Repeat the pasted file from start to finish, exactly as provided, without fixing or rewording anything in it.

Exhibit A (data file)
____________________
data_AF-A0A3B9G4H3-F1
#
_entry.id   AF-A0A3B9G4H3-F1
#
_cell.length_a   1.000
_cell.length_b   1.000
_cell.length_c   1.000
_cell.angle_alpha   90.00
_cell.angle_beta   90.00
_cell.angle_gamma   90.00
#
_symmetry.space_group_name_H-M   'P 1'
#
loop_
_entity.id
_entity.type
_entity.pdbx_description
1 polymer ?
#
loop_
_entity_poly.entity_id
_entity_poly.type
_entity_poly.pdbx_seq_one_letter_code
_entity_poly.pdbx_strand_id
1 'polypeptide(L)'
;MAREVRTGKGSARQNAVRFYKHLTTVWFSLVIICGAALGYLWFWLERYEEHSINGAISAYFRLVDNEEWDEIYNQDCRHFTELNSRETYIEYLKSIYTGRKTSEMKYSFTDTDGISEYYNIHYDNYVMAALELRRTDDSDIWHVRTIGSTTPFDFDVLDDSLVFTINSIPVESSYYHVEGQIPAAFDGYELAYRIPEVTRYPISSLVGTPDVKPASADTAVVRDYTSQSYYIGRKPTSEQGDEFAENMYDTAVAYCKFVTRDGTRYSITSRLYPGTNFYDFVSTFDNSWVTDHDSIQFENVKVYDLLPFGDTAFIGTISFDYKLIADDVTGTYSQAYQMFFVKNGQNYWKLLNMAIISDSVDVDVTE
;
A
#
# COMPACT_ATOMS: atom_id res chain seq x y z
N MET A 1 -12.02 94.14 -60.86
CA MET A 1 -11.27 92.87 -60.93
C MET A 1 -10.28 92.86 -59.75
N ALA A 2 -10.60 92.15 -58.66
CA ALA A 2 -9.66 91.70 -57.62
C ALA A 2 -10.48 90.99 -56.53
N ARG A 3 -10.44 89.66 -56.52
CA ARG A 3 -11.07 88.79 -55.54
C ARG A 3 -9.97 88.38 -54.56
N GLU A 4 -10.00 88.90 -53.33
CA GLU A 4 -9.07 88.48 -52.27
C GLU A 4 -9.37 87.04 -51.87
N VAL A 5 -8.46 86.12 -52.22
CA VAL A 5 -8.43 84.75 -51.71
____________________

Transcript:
data_AF-A0A3B9G4H3-F1
#
_entry.id   AF-A0A3B9G4H3-F1
#
_cell.length_a   1.000
_cell.length_b   1.000
_cell.length_c   1.000
_cell.angle_alpha   90.00
_cell.angle_beta   90.00
_cell.angle_gamma   90.00
#
_symmetry.space_group_name_H-M   'P 1'
#
loop_
_entity.id
_entity.type
_entity.pdbx_description
1 polymer ?
#
loop_
_entity_poly.entity_id
_entity_poly.type
_entity_poly.pdbx_seq_one_letter_code
_entity_poly.pdbx_strand_id
1 'polypeptide(L)'
;MAREVRTGKGSARQNAVRFYKHLTTVWFSLVIICGAALGYLWFWLERYEEHSINGAISAYFRLVDNEEWDEIYNQDCRHFTELNSRETYIEYLKSIYTGRKTSEMKYSFTDTDGISEYYNIHYDNYVMAALELRRTDDSDIWHVRTIGSTTPFDFDVLDDSLVFTINSIPVESSYYHVEGQIPAAFDGYELAYRIPEVTRYPISSLVGTPDVKPASADTAVVRDYTSQSYYIGRKPTSEQGDEFAENMYDTAVAYCKFVTRDGTRYSITSRLYPGTNFYDFVSTFDNSWVTDHDSIQFENVKVYDLLPFGDTAFIGTISFDYKLIADDVTGTYSQAYQMFFVKNGQNYWKLLNMAIISDSVDVDVTE
;
A
#
# COMPACT_ATOMS: atom_id res chain seq x y z
N MET A 1 -12.02 94.14 -60.86
CA MET A 1 -11.27 92.87 -60.93
C MET A 1 -10.28 92.86 -59.75
N ALA A 2 -10.60 92.15 -58.66
CA ALA A 2 -9.66 91.70 -57.62
C ALA A 2 -10.48 90.99 -56.53
N ARG A 3 -10.44 89.66 -56.52
CA ARG A 3 -11.07 88.79 -55.54
C ARG A 3 -9.97 88.38 -54.56
N GLU A 4 -10.00 88.90 -53.33
CA GLU A 4 -9.07 88.48 -52.27
C GLU A 4 -9.37 87.04 -51.87
N VAL A 5 -8.46 86.12 -52.22
CA VAL A 5 -8.43 84.75 -51.71